The Community Technology Preview (CTP) of Windows PowerShell 2.0

The Community Technology Preview (CTP) of Windows PowerShell 2.0

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The Windows PowerShell Team is pleased to release the first Community Technology Preview (CTP) of Windows PowerShell 2.0!

This release provides a “sneak peak” into the future, including key features that empower Windows administrators to: Run commands on a remote computer, or better, against N other computers.  Use the new PSJob cmdlets to start remote jobs and retrieve the results, either individually or in-aggregate!  Write real cmdlets in PowerShell script itself!  Internationalize your scripts and their output, not to mention debugging those same scripts!

This CTP release helps developers to more easily layer their runtime or GUI on top of PowerShell, leveraging its cmdlets and remoting infrastructure.  It includes APIs to create and use a pool of Runspaces (engines) to run cmdlets.  This release also presents very early looks at Restricted Runspaces (the ability to declare a script, cmdlet or variable public or private) and the Graphical PowerShell (a script editor and a Unicode-enabled console).  These are just a few of the new features I think are interesting in Windows PowerShell 2.0 CTP.  Additionally this CTP includes some simple updates... like new parameters to select-string (Context, AllMatches, NotMatch and Encoding) and new operators like –split and -join!

Last but certainly not least, V2 builds upon Windows PowerShell 1.0 by providing backward compatibility – your 1.0 cmdlets and scripts will run on this CTP (with the exceptions noted in the Release Notes - mostly new keywords/cmdlets).  If a working 1.0 script doesn’t run on V2 and is not in the known list of exceptions, please tell us about it!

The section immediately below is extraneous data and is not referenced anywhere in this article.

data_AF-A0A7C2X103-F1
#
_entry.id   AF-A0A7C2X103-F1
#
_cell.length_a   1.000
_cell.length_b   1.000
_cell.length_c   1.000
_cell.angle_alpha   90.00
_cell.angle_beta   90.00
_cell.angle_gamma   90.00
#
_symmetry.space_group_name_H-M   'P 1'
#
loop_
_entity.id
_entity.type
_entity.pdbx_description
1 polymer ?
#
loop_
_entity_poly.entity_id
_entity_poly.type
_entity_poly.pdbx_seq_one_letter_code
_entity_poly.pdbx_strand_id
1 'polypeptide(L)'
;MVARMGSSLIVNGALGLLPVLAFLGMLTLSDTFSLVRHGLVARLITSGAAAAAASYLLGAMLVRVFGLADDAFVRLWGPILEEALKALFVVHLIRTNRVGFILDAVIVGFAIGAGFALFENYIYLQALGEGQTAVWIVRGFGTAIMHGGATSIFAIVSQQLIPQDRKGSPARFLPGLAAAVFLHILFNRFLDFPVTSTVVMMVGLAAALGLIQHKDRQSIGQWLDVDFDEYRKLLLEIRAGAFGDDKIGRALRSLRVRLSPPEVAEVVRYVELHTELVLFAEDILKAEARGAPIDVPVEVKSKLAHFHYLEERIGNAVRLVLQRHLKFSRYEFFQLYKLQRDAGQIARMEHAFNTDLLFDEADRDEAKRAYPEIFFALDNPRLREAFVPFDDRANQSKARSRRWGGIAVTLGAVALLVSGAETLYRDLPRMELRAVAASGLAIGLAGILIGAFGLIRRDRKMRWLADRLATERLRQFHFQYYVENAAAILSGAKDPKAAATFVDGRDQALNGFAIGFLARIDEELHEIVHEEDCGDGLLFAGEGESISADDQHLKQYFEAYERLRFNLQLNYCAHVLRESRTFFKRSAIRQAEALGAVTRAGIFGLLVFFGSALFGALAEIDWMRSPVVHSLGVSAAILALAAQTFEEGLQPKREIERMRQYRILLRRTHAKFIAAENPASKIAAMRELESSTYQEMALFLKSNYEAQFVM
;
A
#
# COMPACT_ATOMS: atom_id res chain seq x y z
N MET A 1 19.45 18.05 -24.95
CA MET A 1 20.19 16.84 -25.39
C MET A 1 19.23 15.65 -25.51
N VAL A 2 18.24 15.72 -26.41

We hope you like where we’re headed with this release.  Help us get it right!  Tell us what is good and what is bad.  We have explicitly chosen to provide a public preview as early as possible to give us the best chance to incorporate feedback.

A CTP, by its very nature, is early code and thus WILL CHANGE by the final release.  It is explicitly not tested to the quality of a Beta in order to release it in a time frame that will give us a chance to act on feedback.  Even with those caveats, I hope you are pleased with results!  Try it out!

Download Windows PowerShell 2.0 CTP

Kenneth Hansen [MSFT]

Principal Lead Program Manager

Windows PowerShell

 

Release Highlights

This is a summary list of features added for the CTP of Windows PowerShell 2.0.  More descriptions are found in the "What's New in Windows PowerShell 2.0 CTP" link below, in the Release Notes and in the “about” files that ship with the release.

Ø  Compatibility with PowerShell 1.0

Ø  PowerShell Remoting

Ø  Background Jobs

Ø  ScriptCmdlets

Ø  Data-only Language

Ø  Script Internationalization

Ø  Script Debugging

Ø  New APIs for extracting Metadata from Commands and Parameters

Ø  New Parser Tokenizer API

Ø  New PowerShell Hosting APIs

Ø  Pools of Runspace

Ø  Restricted Runspaces

Ø  Graphical PowerShell

Ø  Out-GridView cmdlet

Additionally a number of improvements have been made to existing Cmdlets and capabilities, including:

Ø  Changes to TabExpansion function

Ø  New parameters added to Select-String

Ø  Updated Type Adapters

Ø  Improvements to Get-Member

Ø  Improved ADSI support

Ø  New parameters added to Get-WMIObject

Ø  Improved Bitwise Operators (int64)

For details checkout this blog: What’s New in Windows PowerShell 2.0 CTP

 

Submitting Feedback